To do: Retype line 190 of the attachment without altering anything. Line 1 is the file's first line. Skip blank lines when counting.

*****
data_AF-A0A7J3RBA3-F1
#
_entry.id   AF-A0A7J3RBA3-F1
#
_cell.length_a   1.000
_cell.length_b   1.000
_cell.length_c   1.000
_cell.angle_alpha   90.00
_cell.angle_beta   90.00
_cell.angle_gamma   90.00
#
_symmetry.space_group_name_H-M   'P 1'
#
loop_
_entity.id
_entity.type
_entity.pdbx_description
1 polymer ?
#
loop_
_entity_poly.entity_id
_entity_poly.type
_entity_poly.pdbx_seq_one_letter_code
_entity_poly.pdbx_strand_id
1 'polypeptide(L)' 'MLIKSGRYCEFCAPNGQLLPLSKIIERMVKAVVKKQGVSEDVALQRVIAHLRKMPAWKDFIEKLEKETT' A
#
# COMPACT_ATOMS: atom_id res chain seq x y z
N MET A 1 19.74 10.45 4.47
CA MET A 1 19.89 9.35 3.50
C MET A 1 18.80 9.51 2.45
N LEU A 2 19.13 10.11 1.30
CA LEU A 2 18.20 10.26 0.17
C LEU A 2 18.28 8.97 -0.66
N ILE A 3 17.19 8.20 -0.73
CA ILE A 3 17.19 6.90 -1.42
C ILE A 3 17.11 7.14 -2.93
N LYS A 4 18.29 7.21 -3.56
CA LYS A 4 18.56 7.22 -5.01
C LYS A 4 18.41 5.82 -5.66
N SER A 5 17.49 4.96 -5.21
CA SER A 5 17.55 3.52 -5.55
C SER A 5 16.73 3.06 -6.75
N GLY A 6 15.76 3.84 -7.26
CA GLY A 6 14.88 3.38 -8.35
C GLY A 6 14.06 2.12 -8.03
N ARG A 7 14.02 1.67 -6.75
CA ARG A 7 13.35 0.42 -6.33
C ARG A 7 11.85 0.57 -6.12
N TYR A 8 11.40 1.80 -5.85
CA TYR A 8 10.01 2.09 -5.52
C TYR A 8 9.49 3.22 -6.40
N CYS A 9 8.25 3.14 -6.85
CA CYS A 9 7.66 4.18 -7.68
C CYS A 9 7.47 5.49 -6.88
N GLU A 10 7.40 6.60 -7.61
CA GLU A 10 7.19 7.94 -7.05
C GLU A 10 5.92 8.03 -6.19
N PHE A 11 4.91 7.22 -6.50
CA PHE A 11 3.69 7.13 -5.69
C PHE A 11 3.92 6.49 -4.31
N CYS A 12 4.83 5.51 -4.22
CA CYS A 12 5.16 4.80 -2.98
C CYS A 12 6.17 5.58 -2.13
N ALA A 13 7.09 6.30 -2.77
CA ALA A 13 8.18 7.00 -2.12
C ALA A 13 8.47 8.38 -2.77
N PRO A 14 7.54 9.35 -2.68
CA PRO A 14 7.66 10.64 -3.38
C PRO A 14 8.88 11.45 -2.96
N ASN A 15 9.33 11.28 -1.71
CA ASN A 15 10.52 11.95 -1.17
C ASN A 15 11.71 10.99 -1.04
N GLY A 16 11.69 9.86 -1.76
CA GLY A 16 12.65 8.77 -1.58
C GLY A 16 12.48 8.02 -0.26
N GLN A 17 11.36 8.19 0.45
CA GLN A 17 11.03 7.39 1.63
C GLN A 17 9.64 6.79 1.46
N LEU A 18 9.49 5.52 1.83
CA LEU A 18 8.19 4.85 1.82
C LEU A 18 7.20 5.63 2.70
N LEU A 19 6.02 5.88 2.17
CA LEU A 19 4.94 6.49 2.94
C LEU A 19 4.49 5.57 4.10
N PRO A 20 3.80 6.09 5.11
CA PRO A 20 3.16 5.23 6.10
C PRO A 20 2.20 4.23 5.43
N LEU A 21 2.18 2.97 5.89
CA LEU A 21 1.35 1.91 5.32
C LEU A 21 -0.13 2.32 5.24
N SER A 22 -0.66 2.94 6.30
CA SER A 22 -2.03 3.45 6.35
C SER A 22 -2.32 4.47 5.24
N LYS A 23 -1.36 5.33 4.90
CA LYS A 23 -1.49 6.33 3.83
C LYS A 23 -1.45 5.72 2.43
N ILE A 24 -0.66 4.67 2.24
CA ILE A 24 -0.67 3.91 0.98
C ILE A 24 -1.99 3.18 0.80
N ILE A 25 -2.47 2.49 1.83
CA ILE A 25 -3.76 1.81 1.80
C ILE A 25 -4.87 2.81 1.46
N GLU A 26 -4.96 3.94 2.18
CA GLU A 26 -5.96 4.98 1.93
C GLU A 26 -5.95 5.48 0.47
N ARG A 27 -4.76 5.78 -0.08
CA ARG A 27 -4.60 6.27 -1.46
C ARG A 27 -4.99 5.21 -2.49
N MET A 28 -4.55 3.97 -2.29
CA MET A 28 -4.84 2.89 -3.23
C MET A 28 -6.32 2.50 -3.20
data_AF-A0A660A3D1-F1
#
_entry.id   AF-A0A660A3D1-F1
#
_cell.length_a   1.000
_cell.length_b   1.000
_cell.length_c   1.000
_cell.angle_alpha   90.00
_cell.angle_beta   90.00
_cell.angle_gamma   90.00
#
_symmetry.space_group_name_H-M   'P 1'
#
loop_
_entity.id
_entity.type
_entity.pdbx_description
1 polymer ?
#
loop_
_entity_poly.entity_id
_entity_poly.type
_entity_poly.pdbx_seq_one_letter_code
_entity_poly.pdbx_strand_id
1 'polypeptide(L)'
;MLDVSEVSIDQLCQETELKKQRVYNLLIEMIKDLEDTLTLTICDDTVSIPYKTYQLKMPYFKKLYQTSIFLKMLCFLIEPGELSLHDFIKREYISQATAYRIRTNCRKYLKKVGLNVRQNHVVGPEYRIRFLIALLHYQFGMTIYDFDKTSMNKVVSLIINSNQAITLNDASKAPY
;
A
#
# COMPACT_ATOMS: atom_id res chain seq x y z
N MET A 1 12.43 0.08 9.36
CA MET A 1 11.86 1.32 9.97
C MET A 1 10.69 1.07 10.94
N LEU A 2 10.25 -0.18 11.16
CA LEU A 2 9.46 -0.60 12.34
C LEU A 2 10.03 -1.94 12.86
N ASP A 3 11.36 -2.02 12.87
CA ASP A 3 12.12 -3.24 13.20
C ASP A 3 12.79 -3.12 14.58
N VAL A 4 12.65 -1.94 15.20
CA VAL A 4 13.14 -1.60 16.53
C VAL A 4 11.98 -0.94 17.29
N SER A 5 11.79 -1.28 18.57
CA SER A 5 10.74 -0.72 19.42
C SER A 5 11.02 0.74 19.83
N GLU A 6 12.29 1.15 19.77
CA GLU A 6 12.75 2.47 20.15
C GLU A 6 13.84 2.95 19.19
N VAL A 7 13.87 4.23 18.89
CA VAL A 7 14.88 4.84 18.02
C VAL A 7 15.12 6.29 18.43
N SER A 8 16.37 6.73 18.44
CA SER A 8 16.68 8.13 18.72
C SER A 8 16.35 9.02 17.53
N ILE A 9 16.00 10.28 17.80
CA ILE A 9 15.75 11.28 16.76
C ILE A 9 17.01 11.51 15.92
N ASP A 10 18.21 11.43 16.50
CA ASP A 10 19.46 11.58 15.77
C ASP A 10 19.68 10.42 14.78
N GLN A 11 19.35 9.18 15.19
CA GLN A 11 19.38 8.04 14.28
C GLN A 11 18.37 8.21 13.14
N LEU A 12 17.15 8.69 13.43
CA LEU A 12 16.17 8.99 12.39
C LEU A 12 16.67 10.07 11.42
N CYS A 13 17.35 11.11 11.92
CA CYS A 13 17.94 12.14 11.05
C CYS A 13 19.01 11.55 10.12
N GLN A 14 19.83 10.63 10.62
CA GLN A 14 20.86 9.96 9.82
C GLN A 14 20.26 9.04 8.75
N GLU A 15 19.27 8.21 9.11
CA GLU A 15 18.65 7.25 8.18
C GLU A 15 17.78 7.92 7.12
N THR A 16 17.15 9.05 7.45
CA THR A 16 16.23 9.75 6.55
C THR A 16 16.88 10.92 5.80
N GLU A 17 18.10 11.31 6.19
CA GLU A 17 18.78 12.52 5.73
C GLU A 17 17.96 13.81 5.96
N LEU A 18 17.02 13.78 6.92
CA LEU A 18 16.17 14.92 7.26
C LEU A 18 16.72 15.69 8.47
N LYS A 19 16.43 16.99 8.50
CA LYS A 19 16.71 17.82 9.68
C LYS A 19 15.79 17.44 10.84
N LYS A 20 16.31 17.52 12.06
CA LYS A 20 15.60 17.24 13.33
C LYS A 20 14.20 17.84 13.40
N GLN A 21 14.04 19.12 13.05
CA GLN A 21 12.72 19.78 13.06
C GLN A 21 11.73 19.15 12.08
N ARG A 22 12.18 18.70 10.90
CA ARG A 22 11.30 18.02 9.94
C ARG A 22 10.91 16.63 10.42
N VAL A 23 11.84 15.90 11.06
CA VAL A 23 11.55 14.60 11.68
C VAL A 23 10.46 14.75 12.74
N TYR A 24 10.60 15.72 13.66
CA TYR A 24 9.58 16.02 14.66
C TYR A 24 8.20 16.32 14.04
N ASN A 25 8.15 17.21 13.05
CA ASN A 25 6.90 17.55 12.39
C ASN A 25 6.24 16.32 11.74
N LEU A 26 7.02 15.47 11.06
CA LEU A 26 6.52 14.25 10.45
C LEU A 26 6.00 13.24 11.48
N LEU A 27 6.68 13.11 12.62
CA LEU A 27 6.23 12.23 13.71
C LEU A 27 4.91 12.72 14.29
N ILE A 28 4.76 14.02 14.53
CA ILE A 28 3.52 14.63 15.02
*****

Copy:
N GLU A 17 18.10 11.31 6.19